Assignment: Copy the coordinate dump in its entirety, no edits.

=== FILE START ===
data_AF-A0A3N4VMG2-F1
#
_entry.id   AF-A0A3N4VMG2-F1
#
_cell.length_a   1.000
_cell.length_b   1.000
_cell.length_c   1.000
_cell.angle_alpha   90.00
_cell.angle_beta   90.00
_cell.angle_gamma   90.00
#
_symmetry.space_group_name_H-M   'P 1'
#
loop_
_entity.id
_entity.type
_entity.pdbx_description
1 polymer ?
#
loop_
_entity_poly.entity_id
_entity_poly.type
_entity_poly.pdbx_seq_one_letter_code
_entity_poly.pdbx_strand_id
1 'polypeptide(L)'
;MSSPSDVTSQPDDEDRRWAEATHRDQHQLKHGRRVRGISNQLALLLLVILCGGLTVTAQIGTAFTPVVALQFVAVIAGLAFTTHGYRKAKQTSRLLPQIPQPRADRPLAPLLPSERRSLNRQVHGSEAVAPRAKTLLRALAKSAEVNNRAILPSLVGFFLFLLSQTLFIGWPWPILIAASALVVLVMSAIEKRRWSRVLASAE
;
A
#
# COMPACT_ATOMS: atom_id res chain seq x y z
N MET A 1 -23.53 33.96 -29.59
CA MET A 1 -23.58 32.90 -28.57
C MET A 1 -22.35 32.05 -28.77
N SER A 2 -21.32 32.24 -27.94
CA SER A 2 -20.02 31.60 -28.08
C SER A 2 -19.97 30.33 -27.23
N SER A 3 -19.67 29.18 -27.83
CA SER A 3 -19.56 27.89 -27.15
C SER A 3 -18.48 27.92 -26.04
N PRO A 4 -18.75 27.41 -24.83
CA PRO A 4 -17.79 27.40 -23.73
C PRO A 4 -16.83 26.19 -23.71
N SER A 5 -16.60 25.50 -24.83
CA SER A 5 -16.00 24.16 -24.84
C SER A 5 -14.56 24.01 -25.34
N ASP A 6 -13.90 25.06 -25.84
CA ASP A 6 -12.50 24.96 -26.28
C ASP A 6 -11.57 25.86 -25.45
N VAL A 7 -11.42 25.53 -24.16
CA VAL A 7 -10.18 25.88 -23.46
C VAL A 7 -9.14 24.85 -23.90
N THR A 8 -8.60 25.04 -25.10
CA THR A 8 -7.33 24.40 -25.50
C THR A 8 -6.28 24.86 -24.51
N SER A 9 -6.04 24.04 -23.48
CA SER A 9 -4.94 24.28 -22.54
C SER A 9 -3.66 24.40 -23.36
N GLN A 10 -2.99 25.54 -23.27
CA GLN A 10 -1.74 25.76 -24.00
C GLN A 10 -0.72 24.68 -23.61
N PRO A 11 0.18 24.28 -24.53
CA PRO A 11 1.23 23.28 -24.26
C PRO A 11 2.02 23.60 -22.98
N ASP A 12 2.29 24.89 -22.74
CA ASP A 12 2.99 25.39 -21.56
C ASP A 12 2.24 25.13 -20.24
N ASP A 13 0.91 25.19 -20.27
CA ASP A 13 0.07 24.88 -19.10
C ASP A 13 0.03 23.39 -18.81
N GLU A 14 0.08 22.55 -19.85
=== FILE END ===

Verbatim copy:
data_AF-A0A3N4VMG2-F1
#
_entry.id   AF-A0A3N4VMG2-F1
#
_cell.length_a   1.000
_cell.length_b   1.000
_cell.length_c   1.000
_cell.angle_alpha   90.00
_cell.angle_beta   90.00
_cell.angle_gamma   90.00
#
_symmetry.space_group_name_H-M   'P 1'
#
loop_
_entity.id
_entity.type
_entity.pdbx_description
1 polymer ?
#
loop_
_entity_poly.entity_id
_entity_poly.type
_entity_poly.pdbx_seq_one_letter_code
_entity_poly.pdbx_strand_id
1 'polypeptide(L)'
;MSSPSDVTSQPDDEDRRWAEATHRDQHQLKHGRRVRGISNQLALLLLVILCGGLTVTAQIGTAFTPVVALQFVAVIAGLAFTTHGYRKAKQTSRLLPQIPQPRADRPLAPLLPSERRSLNRQVHGSEAVAPRAKTLLRALAKSAEVNNRAILPSLVGFFLFLLSQTLFIGWPWPILIAASALVVLVMSAIEKRRWSRVLASAE
;
A
#
# COMPACT_ATOMS: atom_id res chain seq x y z
N MET A 1 -23.53 33.96 -29.59
CA MET A 1 -23.58 32.90 -28.57
C MET A 1 -22.35 32.05 -28.77
N SER A 2 -21.32 32.24 -27.94
CA SER A 2 -20.02 31.60 -28.08
C SER A 2 -19.97 30.33 -27.23
N SER A 3 -19.67 29.18 -27.83
CA SER A 3 -19.56 27.89 -27.15
C SER A 3 -18.48 27.92 -26.04
N PRO A 4 -18.75 27.41 -24.83
CA PRO A 4 -17.79 27.40 -23.73
C PRO A 4 -16.83 26.19 -23.71
N SER A 5 -16.60 25.50 -24.83
CA SER A 5 -16.00 24.16 -24.84
C SER A 5 -14.56 24.01 -25.34
N ASP A 6 -13.90 25.06 -25.84
CA ASP A 6 -12.50 24.96 -26.28
C ASP A 6 -11.57 25.86 -25.45
N VAL A 7 -11.42 25.53 -24.16
CA VAL A 7 -10.18 25.88 -23.46
C VAL A 7 -9.14 24.85 -23.90
N THR A 8 -8.60 25.04 -25.10
CA THR A 8 -7.33 24.40 -25.50
C THR A 8 -6.28 24.86 -24.51
N SER A 9 -6.04 24.04 -23.48
CA SER A 9 -4.94 24.28 -22.54
C SER A 9 -3.66 24.40 -23.36
N GLN A 10 -2.99 25.54 -23.27
CA GLN A 10 -1.74 25.76 -24.00
C GLN A 10 -0.72 24.68 -23.61
N PRO A 11 0.18 24.28 -24.53
CA PRO A 11 1.23 23.28 -24.26
C PRO A 11 2.02 23.60 -22.98
N ASP A 12 2.29 24.89 -22.74
CA ASP A 12 2.99 25.39 -21.56
C ASP A 12 2.24 25.13 -20.24
N ASP A 13 0.91 25.19 -20.27
CA ASP A 13 0.07 24.88 -19.10
C ASP A 13 0.03 23.39 -18.81
N GLU A 14 0.08 22.55 -19.85